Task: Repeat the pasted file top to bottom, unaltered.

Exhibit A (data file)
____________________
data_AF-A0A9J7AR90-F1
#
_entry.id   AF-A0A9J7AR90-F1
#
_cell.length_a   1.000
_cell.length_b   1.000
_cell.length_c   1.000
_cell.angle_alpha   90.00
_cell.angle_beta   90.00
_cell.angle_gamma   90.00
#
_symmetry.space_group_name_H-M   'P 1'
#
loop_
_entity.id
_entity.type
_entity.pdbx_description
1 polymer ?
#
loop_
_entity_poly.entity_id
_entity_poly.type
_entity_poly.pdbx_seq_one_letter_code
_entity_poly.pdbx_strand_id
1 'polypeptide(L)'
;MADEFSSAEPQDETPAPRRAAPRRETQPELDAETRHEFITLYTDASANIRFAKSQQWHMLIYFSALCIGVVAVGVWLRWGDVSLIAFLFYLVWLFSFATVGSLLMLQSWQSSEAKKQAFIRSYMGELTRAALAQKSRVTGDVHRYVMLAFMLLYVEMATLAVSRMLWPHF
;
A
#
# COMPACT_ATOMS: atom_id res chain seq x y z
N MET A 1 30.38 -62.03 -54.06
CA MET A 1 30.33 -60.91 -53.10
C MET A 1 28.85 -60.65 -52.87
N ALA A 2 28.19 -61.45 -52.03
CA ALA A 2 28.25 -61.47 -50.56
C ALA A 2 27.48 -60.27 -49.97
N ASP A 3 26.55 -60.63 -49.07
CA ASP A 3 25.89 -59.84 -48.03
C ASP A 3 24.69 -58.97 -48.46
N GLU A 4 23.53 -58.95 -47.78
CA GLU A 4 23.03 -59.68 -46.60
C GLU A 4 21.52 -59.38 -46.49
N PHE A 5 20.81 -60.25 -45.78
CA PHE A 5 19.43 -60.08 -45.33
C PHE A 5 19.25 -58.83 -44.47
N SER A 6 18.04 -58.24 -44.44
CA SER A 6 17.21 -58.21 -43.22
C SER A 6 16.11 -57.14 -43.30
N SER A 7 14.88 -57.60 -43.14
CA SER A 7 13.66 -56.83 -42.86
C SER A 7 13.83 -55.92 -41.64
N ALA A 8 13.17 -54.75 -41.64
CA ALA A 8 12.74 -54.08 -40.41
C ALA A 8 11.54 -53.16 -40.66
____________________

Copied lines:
data_AF-A0A9J7AR90-F1
#
_entry.id   AF-A0A9J7AR90-F1
#
_cell.length_a   1.000
_cell.length_b   1.000
_cell.length_c   1.000
_cell.angle_alpha   90.00
_cell.angle_beta   90.00
_cell.angle_gamma   90.00
#
_symmetry.space_group_name_H-M   'P 1'
#
loop_
_entity.id
_entity.type
_entity.pdbx_description
1 polymer ?
#
loop_
_entity_poly.entity_id
_entity_poly.type
_entity_poly.pdbx_seq_one_letter_code
_entity_poly.pdbx_strand_id
1 'polypeptide(L)'
;MADEFSSAEPQDETPAPRRAAPRRETQPELDAETRHEFITLYTDASANIRFAKSQQWHMLIYFSALCIGVVAVGVWLRWGDVSLIAFLFYLVWLFSFATVGSLLMLQSWQSSEAKKQAFIRSYMGELTRAALAQKSRVTGDVHRYVMLAFMLLYVEMATLAVSRMLWPHF
;
A
#
# COMPACT_ATOMS: atom_id res chain seq x y z
N MET A 1 30.38 -62.03 -54.06
CA MET A 1 30.33 -60.91 -53.10
C MET A 1 28.85 -60.65 -52.87
N ALA A 2 28.19 -61.45 -52.03
CA ALA A 2 28.25 -61.47 -50.56
C ALA A 2 27.48 -60.27 -49.97
N ASP A 3 26.55 -60.63 -49.07
CA ASP A 3 25.89 -59.84 -48.03
C ASP A 3 24.69 -58.97 -48.46
N GLU A 4 23.53 -58.95 -47.78
CA GLU A 4 23.03 -59.68 -46.60
C GLU A 4 21.52 -59.38 -46.49
N PHE A 5 20.81 -60.25 -45.78
CA PHE A 5 19.43 -60.08 -45.33
C PHE A 5 19.25 -58.83 -44.47
N SER A 6 18.04 -58.24 -44.44
CA SER A 6 17.21 -58.21 -43.22
C SER A 6 16.11 -57.14 -43.30
N SER A 7 14.88 -57.60 -43.14
CA SER A 7 13.66 -56.83 -42.86
C SER A 7 13.83 -55.92 -41.64
N ALA A 8 13.17 -54.75 -41.64
CA ALA A 8 12.74 -54.08 -40.41
C ALA A 8 11.54 -53.16 -40.66